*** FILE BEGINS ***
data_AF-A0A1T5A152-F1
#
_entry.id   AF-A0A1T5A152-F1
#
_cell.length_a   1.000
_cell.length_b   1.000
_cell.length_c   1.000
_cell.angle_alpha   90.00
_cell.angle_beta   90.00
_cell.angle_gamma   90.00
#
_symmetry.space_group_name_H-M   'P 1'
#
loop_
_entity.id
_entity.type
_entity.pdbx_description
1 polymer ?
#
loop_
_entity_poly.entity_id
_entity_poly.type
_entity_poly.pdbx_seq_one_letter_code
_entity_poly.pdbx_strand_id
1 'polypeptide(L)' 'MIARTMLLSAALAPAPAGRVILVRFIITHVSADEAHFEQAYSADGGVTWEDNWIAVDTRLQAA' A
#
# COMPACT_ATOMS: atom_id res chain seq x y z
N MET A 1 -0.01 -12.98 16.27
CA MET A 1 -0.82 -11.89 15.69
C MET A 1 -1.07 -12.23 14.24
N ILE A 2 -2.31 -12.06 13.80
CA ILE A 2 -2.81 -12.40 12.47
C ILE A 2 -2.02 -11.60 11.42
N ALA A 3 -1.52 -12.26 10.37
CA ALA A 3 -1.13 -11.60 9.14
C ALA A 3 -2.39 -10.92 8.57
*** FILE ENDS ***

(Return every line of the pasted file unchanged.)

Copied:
data_AF-A0A1T5A152-F1
#
_entry.id   AF-A0A1T5A152-F1
#
_cell.length_a   1.000
_cell.length_b   1.000
_cell.length_c   1.000
_cell.angle_alpha   90.00
_cell.angle_beta   90.00
_cell.angle_gamma   90.00
#
_symmetry.space_group_name_H-M   'P 1'
#
loop_
_entity.id
_entity.type
_entity.pdbx_description
1 polymer ?
#
loop_
_entity_poly.entity_id
_entity_poly.type
_entity_poly.pdbx_seq_one_letter_code
_entity_poly.pdbx_strand_id
1 'polypeptide(L)' 'MIARTMLLSAALAPAPAGRVILVRFIITHVSADEAHFEQAYSADGGVTWEDNWIAVDTRLQAA' A
#
# COMPACT_ATOMS: atom_id res chain seq x y z
N MET A 1 -0.01 -12.98 16.27
CA MET A 1 -0.82 -11.89 15.69
C MET A 1 -1.07 -12.23 14.24
N ILE A 2 -2.31 -12.06 13.80
CA ILE A 2 -2.81 -12.40 12.47
C ILE A 2 -2.02 -11.60 11.42
N ALA A 3 -1.52 -12.26 10.37
CA ALA A 3 -1.13 -11.60 9.14
C ALA A 3 -2.39 -10.92 8.57